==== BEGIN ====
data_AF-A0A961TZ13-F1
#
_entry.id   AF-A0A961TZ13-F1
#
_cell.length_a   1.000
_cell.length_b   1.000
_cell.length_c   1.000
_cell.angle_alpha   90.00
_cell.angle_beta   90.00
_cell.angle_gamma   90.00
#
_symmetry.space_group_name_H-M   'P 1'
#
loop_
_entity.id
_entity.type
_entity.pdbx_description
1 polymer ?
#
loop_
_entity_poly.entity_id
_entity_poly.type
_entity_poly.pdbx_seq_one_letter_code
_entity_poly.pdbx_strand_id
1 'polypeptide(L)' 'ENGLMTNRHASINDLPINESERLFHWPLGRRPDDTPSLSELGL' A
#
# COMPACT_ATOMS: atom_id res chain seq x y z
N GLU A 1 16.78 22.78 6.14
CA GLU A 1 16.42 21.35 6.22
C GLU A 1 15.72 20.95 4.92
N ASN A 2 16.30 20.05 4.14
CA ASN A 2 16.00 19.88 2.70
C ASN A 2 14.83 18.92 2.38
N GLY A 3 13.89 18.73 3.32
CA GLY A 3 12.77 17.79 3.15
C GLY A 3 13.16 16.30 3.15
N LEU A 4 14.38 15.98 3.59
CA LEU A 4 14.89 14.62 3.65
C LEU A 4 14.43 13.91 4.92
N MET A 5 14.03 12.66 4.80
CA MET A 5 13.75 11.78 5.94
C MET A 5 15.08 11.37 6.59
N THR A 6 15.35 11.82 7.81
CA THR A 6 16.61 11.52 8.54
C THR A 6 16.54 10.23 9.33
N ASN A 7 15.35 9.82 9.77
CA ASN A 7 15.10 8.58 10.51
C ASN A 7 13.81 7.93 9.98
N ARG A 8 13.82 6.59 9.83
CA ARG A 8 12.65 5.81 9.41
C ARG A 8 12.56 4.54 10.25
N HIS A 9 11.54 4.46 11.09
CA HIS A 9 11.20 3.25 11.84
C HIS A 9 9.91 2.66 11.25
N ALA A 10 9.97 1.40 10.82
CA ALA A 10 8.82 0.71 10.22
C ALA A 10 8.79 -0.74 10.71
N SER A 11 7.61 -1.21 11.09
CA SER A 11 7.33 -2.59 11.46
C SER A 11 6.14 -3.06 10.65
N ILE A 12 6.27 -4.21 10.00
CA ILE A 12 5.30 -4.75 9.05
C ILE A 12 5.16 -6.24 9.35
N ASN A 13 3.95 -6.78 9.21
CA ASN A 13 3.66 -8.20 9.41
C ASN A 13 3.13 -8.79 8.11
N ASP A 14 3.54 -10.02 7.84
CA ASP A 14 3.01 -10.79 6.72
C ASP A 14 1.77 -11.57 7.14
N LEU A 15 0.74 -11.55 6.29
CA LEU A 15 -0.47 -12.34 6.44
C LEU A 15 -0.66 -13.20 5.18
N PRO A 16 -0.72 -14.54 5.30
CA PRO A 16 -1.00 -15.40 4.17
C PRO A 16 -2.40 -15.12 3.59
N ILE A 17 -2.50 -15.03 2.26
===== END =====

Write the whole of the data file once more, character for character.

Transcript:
data_AF-A0A961TZ13-F1
#
_entry.id   AF-A0A961TZ13-F1
#
_cell.length_a   1.000
_cell.length_b   1.000
_cell.length_c   1.000
_cell.angle_alpha   90.00
_cell.angle_beta   90.00
_cell.angle_gamma   90.00
#
_symmetry.space_group_name_H-M   'P 1'
#
loop_
_entity.id
_entity.type
_entity.pdbx_description
1 polymer ?
#
loop_
_entity_poly.entity_id
_entity_poly.type
_entity_poly.pdbx_seq_one_letter_code
_entity_poly.pdbx_strand_id
1 'polypeptide(L)' 'ENGLMTNRHASINDLPINESERLFHWPLGRRPDDTPSLSELGL' A
#
# COMPACT_ATOMS: atom_id res chain seq x y z
N GLU A 1 16.78 22.78 6.14
CA GLU A 1 16.42 21.35 6.22
C GLU A 1 15.72 20.95 4.92
N ASN A 2 16.30 20.05 4.14
CA ASN A 2 16.00 19.88 2.70
C ASN A 2 14.83 18.92 2.38
N GLY A 3 13.89 18.73 3.32
CA GLY A 3 12.77 17.79 3.15
C GLY A 3 13.16 16.30 3.15
N LEU A 4 14.38 15.98 3.59
CA LEU A 4 14.89 14.62 3.65
C LEU A 4 14.43 13.91 4.92
N MET A 5 14.03 12.66 4.80
CA MET A 5 13.75 11.78 5.94
C MET A 5 15.08 11.37 6.59
N THR A 6 15.35 11.82 7.81
CA THR A 6 16.61 11.52 8.54
C THR A 6 16.54 10.23 9.33
N ASN A 7 15.35 9.82 9.77
CA ASN A 7 15.10 8.58 10.51
C ASN A 7 13.81 7.93 9.98
N ARG A 8 13.82 6.59 9.83
CA ARG A 8 12.65 5.81 9.41
C ARG A 8 12.56 4.54 10.25
N HIS A 9 11.54 4.46 11.09
CA HIS A 9 11.20 3.25 11.84
C HIS A 9 9.91 2.66 11.25
N ALA A 10 9.97 1.40 10.82
CA ALA A 10 8.82 0.71 10.22
C ALA A 10 8.79 -0.74 10.71
N SER A 11 7.61 -1.21 11.09
CA SER A 11 7.33 -2.59 11.46
C SER A 11 6.14 -3.06 10.65
N ILE A 12 6.27 -4.21 10.00
CA ILE A 12 5.30 -4.75 9.05
C ILE A 12 5.16 -6.24 9.35
N ASN A 13 3.95 -6.78 9.21
CA ASN A 13 3.66 -8.20 9.41
C ASN A 13 3.13 -8.79 8.11
N ASP A 14 3.54 -10.02 7.84
CA ASP A 14 3.01 -10.79 6.72
C ASP A 14 1.77 -11.57 7.14
N LEU A 15 0.74 -11.55 6.29
CA LEU A 15 -0.47 -12.34 6.44
C LEU A 15 -0.66 -13.20 5.18
N PRO A 16 -0.72 -14.54 5.30
CA PRO A 16 -1.00 -15.40 4.17
C PRO A 16 -2.40 -15.12 3.59
N ILE A 17 -2.50 -15.03 2.26